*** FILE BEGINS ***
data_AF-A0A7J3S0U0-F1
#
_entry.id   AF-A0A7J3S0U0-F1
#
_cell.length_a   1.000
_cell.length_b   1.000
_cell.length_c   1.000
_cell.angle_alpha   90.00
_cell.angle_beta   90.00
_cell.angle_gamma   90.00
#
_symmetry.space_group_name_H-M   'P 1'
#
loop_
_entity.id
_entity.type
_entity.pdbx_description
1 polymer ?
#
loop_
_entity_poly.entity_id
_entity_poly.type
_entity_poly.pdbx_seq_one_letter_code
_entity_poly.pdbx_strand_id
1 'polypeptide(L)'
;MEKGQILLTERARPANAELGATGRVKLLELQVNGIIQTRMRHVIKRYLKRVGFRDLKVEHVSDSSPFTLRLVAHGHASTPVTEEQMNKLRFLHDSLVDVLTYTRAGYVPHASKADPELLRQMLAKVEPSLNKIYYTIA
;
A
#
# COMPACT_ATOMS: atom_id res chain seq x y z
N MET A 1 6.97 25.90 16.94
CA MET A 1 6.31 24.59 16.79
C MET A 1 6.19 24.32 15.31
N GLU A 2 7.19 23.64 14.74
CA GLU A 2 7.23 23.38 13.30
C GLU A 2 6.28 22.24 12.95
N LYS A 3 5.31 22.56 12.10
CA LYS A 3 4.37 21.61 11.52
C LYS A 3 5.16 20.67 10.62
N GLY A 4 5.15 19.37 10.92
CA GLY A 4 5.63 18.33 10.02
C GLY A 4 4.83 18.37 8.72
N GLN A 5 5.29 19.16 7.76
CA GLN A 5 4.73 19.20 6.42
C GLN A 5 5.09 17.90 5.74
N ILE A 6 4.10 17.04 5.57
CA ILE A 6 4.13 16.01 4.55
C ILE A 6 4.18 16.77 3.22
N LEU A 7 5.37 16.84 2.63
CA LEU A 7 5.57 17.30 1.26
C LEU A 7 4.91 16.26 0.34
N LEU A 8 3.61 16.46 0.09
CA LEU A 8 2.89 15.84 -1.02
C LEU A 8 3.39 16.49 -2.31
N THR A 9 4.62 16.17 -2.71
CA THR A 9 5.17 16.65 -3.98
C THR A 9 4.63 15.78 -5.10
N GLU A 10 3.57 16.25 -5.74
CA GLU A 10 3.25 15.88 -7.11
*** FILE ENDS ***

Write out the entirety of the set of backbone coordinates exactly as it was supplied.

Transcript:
data_AF-A0A7J3S0U0-F1
#
_entry.id   AF-A0A7J3S0U0-F1
#
_cell.length_a   1.000
_cell.length_b   1.000
_cell.length_c   1.000
_cell.angle_alpha   90.00
_cell.angle_beta   90.00
_cell.angle_gamma   90.00
#
_symmetry.space_group_name_H-M   'P 1'
#
loop_
_entity.id
_entity.type
_entity.pdbx_description
1 polymer ?
#
loop_
_entity_poly.entity_id
_entity_poly.type
_entity_poly.pdbx_seq_one_letter_code
_entity_poly.pdbx_strand_id
1 'polypeptide(L)'
;MEKGQILLTERARPANAELGATGRVKLLELQVNGIIQTRMRHVIKRYLKRVGFRDLKVEHVSDSSPFTLRLVAHGHASTPVTEEQMNKLRFLHDSLVDVLTYTRAGYVPHASKADPELLRQMLAKVEPSLNKIYYTIA
;
A
#
# COMPACT_ATOMS: atom_id res chain seq x y z
N MET A 1 6.97 25.90 16.94
CA MET A 1 6.31 24.59 16.79
C MET A 1 6.19 24.32 15.31
N GLU A 2 7.19 23.64 14.74
CA GLU A 2 7.23 23.38 13.30
C GLU A 2 6.28 22.24 12.95
N LYS A 3 5.31 22.56 12.10
CA LYS A 3 4.37 21.61 11.52
C LYS A 3 5.16 20.67 10.62
N GLY A 4 5.15 19.37 10.92
CA GLY A 4 5.63 18.33 10.02
C GLY A 4 4.83 18.37 8.72
N GLN A 5 5.29 19.16 7.76
CA GLN A 5 4.73 19.20 6.42
C GLN A 5 5.09 17.90 5.74
N ILE A 6 4.10 17.04 5.57
CA ILE A 6 4.13 16.01 4.55
C ILE A 6 4.18 16.77 3.22
N LEU A 7 5.37 16.84 2.63
CA LEU A 7 5.57 17.30 1.26
C LEU A 7 4.91 16.26 0.34
N LEU A 8 3.61 16.46 0.09
CA LEU A 8 2.89 15.84 -1.02
C LEU A 8 3.39 16.49 -2.31
N THR A 9 4.62 16.17 -2.71
CA THR A 9 5.17 16.65 -3.98
C THR A 9 4.63 15.78 -5.10
N GLU A 10 3.57 16.25 -5.74
CA GLU A 10 3.25 15.88 -7.11